Source and Fate of Inorganic Soil Contamination Around the Abandoned Phillips Sulfide Mine, Hudson Highlands, New York
The abandoned Phillips sulfide mine in the critical Highlands watershed in New York has been shown to produce strongly acidic mine drainage (AMD) with anomalous metal contaminants in first-order streams that exceeded local water standards by up to several orders of magnitude (Gilchrist et al., 2009). The metal-sulfide-rich tailings also produce contaminated soils with pH < 4, organic matter < 2.5% and trace metals sequestered in soil oxides. A geochemical transect to test worst-case soil contamination showed that Cr, Co and Ni correlated positively with Mn, (r = 0.72, r= 0.89, r = 0.80, respectively), suggesting Mn-oxide sequestration and that Cu and Pb correlated with Fe (r = 0.76, r = 0.83, respectively), suggesting sequestration in goethite. Ubiquitous, yellow coating on the mine wastes, including jarosite and goethite, is a carrier of the metals. Geochemical and μ -SXRF analyses determined Cu to be the major soil contaminant. μ-SXRF also demonstrated that the heterogeneous nature of the soil chemistry at the micro-meter scale is self-similar to those in the bulk soil samples. Generally metals decreased, with some fluctuations, rapidly downslope through suspension of fines and dissolution in AMD leaving the area of substantial contamination « 0.5 km from the source.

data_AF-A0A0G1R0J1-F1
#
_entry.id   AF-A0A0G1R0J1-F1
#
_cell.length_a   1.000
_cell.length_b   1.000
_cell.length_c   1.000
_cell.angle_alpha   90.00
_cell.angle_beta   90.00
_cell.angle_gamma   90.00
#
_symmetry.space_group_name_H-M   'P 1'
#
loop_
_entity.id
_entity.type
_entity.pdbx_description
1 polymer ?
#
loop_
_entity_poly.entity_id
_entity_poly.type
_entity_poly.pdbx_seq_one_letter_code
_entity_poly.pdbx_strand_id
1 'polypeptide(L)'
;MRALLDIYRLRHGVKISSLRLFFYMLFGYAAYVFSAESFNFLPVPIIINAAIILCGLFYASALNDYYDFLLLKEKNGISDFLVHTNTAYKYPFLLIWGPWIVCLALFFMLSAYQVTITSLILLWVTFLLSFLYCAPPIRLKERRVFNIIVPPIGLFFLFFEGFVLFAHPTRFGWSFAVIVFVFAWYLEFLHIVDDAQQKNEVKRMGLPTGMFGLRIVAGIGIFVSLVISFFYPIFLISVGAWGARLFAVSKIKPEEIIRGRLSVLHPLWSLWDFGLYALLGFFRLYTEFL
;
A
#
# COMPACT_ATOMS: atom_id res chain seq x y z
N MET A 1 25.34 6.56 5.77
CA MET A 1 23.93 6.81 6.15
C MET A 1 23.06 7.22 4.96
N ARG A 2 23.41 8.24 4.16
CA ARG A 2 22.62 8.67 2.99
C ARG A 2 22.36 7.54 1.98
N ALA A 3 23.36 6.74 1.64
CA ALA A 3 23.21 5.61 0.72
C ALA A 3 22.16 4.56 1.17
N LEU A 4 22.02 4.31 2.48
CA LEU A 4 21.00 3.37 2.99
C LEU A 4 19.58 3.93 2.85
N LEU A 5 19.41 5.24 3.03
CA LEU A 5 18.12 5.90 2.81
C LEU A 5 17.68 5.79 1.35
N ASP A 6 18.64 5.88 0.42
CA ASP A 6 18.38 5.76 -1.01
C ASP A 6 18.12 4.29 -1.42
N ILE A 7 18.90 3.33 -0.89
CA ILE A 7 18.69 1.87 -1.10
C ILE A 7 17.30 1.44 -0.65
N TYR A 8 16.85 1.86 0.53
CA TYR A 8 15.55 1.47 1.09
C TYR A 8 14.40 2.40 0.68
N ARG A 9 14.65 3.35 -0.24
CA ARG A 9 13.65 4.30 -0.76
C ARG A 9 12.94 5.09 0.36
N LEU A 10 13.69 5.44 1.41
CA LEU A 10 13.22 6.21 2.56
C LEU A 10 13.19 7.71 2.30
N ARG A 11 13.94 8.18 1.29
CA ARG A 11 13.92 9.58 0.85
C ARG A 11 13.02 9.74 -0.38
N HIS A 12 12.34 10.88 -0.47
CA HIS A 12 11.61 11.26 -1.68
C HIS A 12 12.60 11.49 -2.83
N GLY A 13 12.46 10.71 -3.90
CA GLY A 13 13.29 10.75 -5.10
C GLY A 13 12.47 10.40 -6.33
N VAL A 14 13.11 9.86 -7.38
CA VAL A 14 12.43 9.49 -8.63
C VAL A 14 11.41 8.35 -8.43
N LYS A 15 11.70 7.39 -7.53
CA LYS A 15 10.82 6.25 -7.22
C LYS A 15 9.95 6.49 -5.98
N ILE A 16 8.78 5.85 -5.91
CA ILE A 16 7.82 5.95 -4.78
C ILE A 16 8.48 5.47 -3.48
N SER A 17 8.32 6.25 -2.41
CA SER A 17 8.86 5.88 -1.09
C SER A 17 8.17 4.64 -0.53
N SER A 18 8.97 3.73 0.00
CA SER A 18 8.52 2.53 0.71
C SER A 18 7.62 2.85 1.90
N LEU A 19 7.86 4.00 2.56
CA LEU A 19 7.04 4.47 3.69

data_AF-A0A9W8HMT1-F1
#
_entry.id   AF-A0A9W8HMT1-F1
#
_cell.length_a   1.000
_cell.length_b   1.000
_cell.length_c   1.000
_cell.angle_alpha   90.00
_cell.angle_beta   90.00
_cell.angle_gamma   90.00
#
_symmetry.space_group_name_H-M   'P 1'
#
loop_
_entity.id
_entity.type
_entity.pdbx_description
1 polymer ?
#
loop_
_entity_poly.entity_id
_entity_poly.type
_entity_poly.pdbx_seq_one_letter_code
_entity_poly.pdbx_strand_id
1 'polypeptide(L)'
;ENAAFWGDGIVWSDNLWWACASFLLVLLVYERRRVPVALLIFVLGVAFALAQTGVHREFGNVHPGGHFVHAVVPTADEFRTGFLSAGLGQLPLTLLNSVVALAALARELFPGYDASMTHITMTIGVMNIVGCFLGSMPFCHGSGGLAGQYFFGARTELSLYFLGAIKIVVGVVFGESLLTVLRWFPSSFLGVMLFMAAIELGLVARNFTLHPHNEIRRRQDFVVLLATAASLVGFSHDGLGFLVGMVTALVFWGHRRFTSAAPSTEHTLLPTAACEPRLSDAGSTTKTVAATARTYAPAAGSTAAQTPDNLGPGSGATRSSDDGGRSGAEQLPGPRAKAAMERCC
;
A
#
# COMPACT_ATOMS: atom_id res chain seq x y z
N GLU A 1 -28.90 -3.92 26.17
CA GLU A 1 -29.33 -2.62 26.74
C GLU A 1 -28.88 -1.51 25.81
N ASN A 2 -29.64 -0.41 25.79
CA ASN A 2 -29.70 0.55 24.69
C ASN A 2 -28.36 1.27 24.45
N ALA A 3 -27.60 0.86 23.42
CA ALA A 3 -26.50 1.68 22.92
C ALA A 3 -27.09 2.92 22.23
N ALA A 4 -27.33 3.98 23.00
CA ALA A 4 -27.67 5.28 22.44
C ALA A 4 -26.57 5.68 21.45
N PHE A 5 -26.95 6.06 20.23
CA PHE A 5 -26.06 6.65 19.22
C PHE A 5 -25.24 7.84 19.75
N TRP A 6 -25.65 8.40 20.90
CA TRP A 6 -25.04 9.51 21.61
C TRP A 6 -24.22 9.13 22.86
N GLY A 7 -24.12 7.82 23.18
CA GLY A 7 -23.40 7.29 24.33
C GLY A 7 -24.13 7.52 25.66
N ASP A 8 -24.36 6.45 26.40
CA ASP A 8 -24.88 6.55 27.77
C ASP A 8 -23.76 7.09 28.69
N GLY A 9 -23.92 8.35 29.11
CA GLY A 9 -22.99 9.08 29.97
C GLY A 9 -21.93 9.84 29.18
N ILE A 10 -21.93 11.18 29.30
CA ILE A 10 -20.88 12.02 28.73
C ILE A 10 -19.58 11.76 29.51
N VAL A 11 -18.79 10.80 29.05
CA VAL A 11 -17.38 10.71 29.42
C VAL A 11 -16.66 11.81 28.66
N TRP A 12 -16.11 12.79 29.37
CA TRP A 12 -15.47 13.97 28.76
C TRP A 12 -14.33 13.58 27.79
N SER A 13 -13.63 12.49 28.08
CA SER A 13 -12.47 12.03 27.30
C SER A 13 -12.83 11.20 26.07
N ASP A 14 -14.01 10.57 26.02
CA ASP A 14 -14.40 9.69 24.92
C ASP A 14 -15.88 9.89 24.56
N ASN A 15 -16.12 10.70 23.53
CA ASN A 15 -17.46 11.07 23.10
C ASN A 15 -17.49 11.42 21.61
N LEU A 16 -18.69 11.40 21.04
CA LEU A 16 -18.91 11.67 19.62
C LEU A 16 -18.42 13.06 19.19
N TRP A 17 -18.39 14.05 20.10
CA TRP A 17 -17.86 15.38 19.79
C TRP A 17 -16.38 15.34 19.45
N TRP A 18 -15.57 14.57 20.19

MSU Digital Commons Citation
Gilchrist, Sivajini; Gates, Alexander; Elzinga, Evert; Gorring, Matthew; and Szabo, Zoltan, "Source and Fate of Inorganic Soil Contamination Around the Abandoned Phillips Sulfide Mine, Hudson Highlands, New York" (2011). Department of Earth and Environmental Studies Faculty Scholarship and Creative Works. 541.